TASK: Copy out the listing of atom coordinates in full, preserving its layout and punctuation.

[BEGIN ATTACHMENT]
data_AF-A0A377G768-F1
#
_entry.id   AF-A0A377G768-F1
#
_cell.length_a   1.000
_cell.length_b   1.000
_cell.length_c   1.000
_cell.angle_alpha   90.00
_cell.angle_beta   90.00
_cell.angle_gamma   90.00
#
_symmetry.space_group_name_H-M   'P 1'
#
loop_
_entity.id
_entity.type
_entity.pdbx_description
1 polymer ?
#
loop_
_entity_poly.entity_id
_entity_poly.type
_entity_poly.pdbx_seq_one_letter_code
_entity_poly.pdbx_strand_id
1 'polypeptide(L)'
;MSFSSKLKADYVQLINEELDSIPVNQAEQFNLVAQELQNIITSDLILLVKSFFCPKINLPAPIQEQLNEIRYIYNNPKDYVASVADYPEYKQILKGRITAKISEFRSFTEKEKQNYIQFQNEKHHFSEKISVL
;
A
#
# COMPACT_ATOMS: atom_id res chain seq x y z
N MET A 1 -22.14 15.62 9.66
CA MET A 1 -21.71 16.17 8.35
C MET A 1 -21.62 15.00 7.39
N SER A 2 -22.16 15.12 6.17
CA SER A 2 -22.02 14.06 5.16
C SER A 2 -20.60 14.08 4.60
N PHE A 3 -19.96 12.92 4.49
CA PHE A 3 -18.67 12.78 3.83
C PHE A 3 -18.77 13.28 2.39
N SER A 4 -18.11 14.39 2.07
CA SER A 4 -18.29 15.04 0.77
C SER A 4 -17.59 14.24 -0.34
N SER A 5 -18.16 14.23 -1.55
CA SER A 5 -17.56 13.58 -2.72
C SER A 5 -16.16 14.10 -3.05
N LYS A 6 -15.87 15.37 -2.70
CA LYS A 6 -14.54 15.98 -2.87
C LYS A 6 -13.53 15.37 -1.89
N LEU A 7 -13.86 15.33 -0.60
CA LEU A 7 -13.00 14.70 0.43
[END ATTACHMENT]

data_AF-A0A377G768-F1
#
_entry.id   AF-A0A377G768-F1
#
_cell.length_a   1.000
_cell.length_b   1.000
_cell.length_c   1.000
_cell.angle_alpha   90.00
_cell.angle_beta   90.00
_cell.angle_gamma   90.00
#
_symmetry.space_group_name_H-M   'P 1'
#
loop_
_entity.id
_entity.type
_entity.pdbx_description
1 polymer ?
#
loop_
_entity_poly.entity_id
_entity_poly.type
_entity_poly.pdbx_seq_one_letter_code
_entity_poly.pdbx_strand_id
1 'polypeptide(L)'
;MSFSSKLKADYVQLINEELDSIPVNQAEQFNLVAQELQNIITSDLILLVKSFFCPKINLPAPIQEQLNEIRYIYNNPKDYVASVADYPEYKQILKGRITAKISEFRSFTEKEKQNYIQFQNEKHHFSEKISVL
;
A
#
# COMPACT_ATOMS: atom_id res chain seq x y z
N MET A 1 -22.14 15.62 9.66
CA MET A 1 -21.71 16.17 8.35
C MET A 1 -21.62 15.00 7.39
N SER A 2 -22.16 15.12 6.17
CA SER A 2 -22.02 14.06 5.16
C SER A 2 -20.60 14.08 4.60
N PHE A 3 -19.96 12.92 4.49
CA PHE A 3 -18.67 12.78 3.83
C PHE A 3 -18.77 13.28 2.39
N SER A 4 -18.11 14.39 2.07
CA SER A 4 -18.29 15.04 0.77
C SER A 4 -17.59 14.24 -0.34
N SER A 5 -18.16 14.23 -1.55
CA SER A 5 -17.56 13.58 -2.72
C SER A 5 -16.16 14.10 -3.05
N LYS A 6 -15.87 15.37 -2.70
CA LYS A 6 -14.54 15.98 -2.87
C LYS A 6 -13.53 15.37 -1.89
N LEU A 7 -13.86 15.33 -0.60
CA LEU A 7 -13.00 14.70 0.43